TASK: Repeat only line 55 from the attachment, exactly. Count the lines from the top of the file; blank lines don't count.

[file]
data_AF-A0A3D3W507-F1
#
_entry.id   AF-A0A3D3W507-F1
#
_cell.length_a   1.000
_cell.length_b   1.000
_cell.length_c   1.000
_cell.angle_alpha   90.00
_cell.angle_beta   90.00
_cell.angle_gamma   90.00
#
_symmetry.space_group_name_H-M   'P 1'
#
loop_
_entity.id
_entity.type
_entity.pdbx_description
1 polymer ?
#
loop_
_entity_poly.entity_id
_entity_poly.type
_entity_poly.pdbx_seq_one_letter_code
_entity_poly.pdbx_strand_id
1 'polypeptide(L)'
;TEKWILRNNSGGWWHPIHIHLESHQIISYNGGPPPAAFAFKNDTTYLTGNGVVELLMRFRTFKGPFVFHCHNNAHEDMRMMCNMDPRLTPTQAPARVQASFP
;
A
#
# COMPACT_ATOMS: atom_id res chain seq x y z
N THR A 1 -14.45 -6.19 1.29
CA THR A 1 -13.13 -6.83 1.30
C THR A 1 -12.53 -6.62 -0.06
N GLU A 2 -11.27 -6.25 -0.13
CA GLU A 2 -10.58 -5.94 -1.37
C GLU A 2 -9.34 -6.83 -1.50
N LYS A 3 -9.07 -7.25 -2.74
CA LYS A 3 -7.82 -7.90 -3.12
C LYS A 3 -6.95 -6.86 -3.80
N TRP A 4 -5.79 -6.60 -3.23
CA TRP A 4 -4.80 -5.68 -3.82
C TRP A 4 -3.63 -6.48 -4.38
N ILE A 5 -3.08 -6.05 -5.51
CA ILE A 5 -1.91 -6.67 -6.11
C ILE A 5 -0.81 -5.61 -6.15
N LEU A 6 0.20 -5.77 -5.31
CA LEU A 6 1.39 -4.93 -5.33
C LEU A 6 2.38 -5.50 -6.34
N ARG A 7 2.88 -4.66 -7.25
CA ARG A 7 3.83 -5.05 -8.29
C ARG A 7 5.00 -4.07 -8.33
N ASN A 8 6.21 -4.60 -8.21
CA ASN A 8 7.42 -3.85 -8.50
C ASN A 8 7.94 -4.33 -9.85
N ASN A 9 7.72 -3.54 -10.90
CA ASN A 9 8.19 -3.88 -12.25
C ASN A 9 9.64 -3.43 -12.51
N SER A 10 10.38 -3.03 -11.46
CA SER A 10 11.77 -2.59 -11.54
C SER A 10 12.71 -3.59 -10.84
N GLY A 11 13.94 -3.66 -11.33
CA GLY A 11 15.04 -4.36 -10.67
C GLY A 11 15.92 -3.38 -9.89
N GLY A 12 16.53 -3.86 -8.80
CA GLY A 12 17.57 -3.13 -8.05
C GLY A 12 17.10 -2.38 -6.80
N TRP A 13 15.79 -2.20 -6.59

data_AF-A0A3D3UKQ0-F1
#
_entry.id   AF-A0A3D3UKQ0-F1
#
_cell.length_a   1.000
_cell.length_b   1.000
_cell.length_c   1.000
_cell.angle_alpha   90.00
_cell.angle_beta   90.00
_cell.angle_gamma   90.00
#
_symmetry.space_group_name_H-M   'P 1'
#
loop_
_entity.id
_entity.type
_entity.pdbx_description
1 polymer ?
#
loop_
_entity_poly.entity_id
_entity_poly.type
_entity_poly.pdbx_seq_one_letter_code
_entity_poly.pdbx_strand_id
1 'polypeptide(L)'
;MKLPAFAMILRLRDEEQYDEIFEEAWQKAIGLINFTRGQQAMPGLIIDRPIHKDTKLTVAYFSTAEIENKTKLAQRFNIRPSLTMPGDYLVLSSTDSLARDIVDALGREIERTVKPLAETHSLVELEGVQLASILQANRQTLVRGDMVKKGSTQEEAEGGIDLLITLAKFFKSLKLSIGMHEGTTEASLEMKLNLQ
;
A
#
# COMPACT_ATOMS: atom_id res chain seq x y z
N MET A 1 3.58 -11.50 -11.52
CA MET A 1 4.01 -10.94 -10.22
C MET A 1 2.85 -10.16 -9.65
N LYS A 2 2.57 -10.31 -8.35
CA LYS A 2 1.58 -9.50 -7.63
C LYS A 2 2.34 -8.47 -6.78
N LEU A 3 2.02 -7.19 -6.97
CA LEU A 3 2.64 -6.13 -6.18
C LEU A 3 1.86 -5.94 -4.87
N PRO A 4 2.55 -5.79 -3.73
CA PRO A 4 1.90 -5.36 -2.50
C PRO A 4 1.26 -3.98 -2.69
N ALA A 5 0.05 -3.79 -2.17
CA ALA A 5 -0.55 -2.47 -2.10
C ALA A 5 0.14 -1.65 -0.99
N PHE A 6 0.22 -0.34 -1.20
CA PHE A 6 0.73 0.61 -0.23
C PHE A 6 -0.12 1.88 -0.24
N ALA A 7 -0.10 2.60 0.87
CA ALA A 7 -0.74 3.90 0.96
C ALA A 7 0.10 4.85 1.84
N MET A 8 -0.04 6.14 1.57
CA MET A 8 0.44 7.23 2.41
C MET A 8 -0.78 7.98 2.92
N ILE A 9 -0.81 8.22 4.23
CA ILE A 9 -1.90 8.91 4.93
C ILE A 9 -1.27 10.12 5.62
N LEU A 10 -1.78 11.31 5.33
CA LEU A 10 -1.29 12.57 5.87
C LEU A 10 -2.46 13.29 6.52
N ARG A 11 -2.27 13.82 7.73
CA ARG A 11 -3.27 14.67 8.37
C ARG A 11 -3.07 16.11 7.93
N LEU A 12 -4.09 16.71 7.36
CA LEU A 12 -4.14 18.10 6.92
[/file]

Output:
N ASN A 9 7.72 -3.54 -10.90